As a socially responsible organisation, Vanderlande is continually exploring innovative ways to integrate sustainable practices into its business models. Such opportunities can sometimes present themselves in the most surprising of places and the reimagining of our depreciated baggage carriers proved to be a perfect example of this.
A large yellow baggage carrier was used at the 2016 sustainable innovation trade show in Amsterdam and due to be discarded. At the exhibition, Vanderlande representatives met Tessa van der Meer. Tessa, along with office designer Desko – co-owner of We Beat the Mountain – who arranged for the carrier to be refashioned into a striking, contemporary sofa by the FLEX/design consultancy firm.
Our baggage carrier formed the seating area, which was placed on salvaged spruce wood and finished with cushions produced from reclaimed yarn.
The first two sofas developed for Vanderlande are now on display at Schiphol Airport, which received them as a gift for their centenary celebrations. Vancouver Airport also received one as a gift. These initial prototypes naturally incurred a high production cost. However, knowing that we wanted to produce more, we worked with We Beat the Mountain to develop solutions to overcome this challenge.
The bright yellow sofas can now be seen all over the world, and there are ambitions to produce more: “We estimate that there are approximately 500 baggage carriers available today that could be used as materials for sofas,” says Vanderlande Lead Engineer Sustainability Cor Goelema. “While there is a cost involved in reclaiming these items, we also feel an increasing sense of responsibility for the products we create and the materials which are left after their ‘first life’ is over.”
Having shown what can be achieved by aligning the right people and companies to ensure maximum use and life from raw materials, the future growth and prosperity of the project does not rest with Vanderlande in isolation. The company is now set to hand over this sofa venture to an organisation that has its core business in providing sustainable and innovative furniture for an affordable price.
Vanderlande hopes that the knowledge gained from creating these sofas will stimulate further discussion and innovation to help the company further on its journey towards the ‘circular economy’.
Businesses and consumers are increasingly being urged to move away from the traditional linear economy of make, take and dispose. While investing in smarter solutions for waste and finding ways to reuse raw material is currently limited – and also governed by various regulations – it is increasingly becoming an ethical issue for many companies.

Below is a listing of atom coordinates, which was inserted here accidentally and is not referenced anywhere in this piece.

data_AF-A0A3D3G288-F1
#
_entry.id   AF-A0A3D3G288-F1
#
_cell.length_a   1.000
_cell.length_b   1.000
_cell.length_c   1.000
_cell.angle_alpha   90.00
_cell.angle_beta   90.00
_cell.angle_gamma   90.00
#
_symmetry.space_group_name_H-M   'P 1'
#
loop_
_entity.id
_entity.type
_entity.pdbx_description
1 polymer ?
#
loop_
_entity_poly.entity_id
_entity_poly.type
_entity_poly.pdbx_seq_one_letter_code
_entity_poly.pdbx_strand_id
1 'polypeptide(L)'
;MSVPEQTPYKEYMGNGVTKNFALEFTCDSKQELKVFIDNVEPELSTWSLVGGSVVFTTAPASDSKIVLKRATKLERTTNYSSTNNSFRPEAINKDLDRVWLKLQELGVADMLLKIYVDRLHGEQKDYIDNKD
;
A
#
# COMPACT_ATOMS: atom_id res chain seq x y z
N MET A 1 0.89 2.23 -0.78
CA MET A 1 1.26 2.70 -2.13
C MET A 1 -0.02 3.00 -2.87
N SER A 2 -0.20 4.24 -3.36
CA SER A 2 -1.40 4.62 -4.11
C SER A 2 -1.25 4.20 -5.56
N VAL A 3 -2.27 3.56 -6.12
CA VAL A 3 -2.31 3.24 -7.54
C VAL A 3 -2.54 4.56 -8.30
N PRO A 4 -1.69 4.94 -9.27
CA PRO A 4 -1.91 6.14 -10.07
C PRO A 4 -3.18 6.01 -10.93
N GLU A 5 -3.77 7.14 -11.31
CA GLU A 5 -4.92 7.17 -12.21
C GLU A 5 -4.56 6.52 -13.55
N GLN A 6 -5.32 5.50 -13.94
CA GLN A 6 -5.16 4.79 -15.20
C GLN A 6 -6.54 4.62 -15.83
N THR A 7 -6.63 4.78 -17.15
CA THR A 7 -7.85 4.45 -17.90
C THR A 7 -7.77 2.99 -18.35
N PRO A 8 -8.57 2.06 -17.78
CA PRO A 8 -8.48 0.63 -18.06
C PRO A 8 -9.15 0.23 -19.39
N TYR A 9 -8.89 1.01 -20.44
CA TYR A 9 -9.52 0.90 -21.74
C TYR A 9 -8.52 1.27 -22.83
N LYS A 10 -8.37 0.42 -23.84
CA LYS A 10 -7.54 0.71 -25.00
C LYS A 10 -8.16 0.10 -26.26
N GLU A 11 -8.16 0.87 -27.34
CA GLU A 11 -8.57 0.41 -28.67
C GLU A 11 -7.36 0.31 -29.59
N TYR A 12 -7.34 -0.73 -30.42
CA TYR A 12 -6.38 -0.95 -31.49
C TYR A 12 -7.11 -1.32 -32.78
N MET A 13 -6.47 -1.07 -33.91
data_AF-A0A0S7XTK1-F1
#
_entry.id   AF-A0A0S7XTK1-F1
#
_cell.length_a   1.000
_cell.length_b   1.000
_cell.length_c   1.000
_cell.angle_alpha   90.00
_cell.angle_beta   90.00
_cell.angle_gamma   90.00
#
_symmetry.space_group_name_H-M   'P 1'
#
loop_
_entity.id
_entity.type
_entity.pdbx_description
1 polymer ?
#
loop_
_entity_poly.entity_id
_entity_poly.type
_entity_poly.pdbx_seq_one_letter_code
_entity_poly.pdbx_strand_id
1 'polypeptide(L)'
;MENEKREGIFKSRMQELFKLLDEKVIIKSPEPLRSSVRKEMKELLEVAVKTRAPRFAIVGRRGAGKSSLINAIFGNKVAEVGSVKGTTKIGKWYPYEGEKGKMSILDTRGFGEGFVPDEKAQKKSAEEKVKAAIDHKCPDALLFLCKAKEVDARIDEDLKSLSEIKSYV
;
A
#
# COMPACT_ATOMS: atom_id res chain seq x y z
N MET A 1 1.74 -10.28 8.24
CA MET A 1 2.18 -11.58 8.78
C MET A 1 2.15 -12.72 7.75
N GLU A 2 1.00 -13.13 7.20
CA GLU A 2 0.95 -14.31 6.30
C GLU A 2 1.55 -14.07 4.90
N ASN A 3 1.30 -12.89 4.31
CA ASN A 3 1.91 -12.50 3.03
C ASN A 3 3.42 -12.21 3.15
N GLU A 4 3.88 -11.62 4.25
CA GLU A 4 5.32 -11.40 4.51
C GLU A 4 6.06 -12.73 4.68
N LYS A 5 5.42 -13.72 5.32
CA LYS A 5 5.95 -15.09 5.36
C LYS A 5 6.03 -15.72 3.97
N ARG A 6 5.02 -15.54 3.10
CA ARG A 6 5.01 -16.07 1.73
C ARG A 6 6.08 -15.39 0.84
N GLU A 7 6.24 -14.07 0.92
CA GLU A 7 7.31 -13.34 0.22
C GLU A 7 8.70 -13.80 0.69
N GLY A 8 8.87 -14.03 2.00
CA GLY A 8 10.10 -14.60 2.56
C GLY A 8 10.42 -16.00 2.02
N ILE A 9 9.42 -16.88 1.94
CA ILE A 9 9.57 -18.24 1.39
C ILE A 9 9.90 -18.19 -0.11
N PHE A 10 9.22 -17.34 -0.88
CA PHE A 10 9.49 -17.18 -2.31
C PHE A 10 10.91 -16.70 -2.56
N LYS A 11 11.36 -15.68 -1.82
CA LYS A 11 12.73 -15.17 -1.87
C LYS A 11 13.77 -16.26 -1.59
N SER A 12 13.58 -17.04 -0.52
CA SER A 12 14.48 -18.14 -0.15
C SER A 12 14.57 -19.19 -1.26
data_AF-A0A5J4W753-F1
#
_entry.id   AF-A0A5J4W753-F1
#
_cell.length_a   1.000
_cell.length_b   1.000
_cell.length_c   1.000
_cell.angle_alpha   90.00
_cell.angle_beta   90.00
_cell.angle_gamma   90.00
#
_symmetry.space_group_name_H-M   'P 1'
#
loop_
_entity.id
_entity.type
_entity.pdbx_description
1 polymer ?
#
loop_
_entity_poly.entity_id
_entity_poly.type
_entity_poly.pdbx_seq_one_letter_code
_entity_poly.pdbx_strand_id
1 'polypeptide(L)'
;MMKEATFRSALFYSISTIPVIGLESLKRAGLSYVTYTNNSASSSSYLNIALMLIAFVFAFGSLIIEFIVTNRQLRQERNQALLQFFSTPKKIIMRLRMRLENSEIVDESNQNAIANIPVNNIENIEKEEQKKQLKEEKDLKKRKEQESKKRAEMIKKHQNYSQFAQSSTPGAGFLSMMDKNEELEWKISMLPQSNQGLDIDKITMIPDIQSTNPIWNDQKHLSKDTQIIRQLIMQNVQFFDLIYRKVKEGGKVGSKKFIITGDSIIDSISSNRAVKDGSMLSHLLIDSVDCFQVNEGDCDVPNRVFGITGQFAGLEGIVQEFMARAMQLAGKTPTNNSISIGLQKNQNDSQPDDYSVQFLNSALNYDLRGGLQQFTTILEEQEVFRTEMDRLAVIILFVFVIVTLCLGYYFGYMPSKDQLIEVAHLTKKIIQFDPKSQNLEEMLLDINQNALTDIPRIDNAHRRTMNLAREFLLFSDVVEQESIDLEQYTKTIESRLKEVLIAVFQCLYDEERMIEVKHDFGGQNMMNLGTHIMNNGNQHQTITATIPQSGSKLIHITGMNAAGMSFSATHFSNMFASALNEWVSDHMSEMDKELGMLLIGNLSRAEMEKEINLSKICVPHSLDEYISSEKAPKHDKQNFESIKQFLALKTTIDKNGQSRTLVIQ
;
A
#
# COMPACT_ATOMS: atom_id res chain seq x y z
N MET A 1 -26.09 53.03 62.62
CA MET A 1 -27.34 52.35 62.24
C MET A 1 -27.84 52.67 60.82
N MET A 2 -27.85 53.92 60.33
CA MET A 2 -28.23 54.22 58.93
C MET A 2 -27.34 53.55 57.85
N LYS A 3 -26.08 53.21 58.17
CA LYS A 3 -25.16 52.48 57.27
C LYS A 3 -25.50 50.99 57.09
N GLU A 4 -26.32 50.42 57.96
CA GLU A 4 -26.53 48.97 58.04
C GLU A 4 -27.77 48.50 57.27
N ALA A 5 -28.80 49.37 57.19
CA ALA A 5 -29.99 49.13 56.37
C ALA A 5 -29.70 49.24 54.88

“What we have seen from the circular sofa project is an opportunity to take responsibility and ensure that our materials last longer,” adds Cor. “The products we create are essentially a temporary storage space for a material. At the end of their initial service life, if we can recover and regenerate the raw materials, then they are not being incinerated or going to landfill. To do this, it will be essential to look outside of our own lines of business, because that expands the range of possible solutions.”
Deciding not to immediately write off waste and create a wider circular economy within the business will be challenging. However, by taking this concept into consideration right from the primary design phase, some hurdles can be overcome.
With this in mind, Cor has been developing ‘material passports’. These will be connected to each sofa and facilitate the further recycling of the raw materials at the point at which the sofa is no longer serviceable.
“Material passports list what the sofa is composed of,” he says. “If people want to dispose of the sofa in ten years’ time, then this information could avoid it being incinerated and keep the material viable for as long as possible. This information will be especially relevant, for example, if the sofa is sold to private individuals and Vanderlande has lost track of the owner.”
This concept could also be applied across future Vanderlande products as an enabler to growing our circular economy. Material passports, as well as being more transparent about our waste resources, could provide a vital link between supply and demand.
Based on an article by Rianne Lachmeijer for DuurzaamBedrijfsleven.nl